Frustrated Woman photo by John De BoerAnd it was. Bickering started with the person in the next cubicle – via email.  Someone decided they liked the looks of her sandwich, and it disappeared from the fridge. Then the cherry-on-top of this soul-sucking day was in a department meeting, when blame for a failed project (disguised as accountability) started getting tossed around the table like a hot potato.


So how does Sarah, this enlightened fictional woman, deal with this day?  How does she not absorb all of the swirling negativity, the anger, the tossed about attempts to create shame?

When the world is swirling around you in a negative way, it’s hard not to absorb it.  But you can, with one simple reminder.

It’s not about you.

None of these events need to be taken personally.  In this scenario above, none of these people are even thinking about Sarah, and in your life, they typically aren’t thinking of you either.  These people are thinking about themselves.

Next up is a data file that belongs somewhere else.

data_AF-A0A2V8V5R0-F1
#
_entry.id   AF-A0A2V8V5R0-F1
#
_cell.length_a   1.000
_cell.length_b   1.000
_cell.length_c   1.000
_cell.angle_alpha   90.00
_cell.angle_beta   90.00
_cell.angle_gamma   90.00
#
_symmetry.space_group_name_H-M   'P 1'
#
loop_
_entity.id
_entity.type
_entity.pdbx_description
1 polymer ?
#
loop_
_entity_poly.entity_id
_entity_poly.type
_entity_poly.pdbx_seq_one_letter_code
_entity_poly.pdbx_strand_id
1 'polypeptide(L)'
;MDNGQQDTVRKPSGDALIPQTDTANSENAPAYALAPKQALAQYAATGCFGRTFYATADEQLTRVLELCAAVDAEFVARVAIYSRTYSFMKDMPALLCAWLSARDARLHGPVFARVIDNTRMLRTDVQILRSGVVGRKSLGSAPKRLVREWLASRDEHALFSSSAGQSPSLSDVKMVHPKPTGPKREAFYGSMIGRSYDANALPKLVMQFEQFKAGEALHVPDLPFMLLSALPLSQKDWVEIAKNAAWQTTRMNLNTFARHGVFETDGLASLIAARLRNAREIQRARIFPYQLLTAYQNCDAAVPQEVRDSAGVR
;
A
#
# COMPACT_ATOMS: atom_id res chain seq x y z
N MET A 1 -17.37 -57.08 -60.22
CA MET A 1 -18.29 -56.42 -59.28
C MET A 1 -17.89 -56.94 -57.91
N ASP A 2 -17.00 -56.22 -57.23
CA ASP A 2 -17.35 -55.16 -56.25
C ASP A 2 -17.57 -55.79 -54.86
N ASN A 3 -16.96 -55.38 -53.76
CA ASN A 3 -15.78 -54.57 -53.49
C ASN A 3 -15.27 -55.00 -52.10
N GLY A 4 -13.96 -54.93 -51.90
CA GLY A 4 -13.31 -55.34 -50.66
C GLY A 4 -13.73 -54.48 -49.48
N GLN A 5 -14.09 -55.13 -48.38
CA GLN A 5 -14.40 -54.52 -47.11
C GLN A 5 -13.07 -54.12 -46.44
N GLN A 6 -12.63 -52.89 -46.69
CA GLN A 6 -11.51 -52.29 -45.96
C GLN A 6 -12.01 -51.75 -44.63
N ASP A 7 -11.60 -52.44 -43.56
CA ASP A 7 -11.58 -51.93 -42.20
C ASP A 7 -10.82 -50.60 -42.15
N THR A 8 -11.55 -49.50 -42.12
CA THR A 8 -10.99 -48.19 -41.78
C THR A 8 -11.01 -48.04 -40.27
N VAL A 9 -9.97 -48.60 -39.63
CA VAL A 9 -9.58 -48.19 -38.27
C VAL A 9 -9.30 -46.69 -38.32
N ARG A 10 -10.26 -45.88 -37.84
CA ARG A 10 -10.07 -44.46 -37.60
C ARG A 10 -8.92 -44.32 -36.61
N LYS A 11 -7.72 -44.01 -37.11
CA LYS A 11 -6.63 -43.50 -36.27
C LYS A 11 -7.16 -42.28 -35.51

Lost in thought photo by Martin WallsPeople are scowling because of their own internal dialogue, their own feelings of low self-esteem, of dissatisfaction, of disappointment.  People disengage with the humans around them because of a drive for task achievement. People hurl blame out of their own fear of rejection, of conflict, or of insecurity.

It’s about them – the things they are going through, the experiences they are living and have lived.  It’s about how they feel about themselves at this very minute.  It’s about how their mother spoke to them last night on the phone.  It’s about how they messed up at home and fought with the kids. It’s about how they don’t feel peaceful, joyful, or filled with love.

It’s about their tough day, and it doesn’t have to be yours.

So how does Sarah make it through the day?

Awareness. She lets it all go.  She sees each person as trying to deal with their own path in this life, and she knows that it doesn’t have to color hers.  She takes a deep breath, exhales the negativity, imagines a bubble of light surrounding her, and she treats herself to a special lunch. She makes it through her day at work, and then surrounds herself with positivity – friends, family, online support, books, shows… connection – any chance she gets.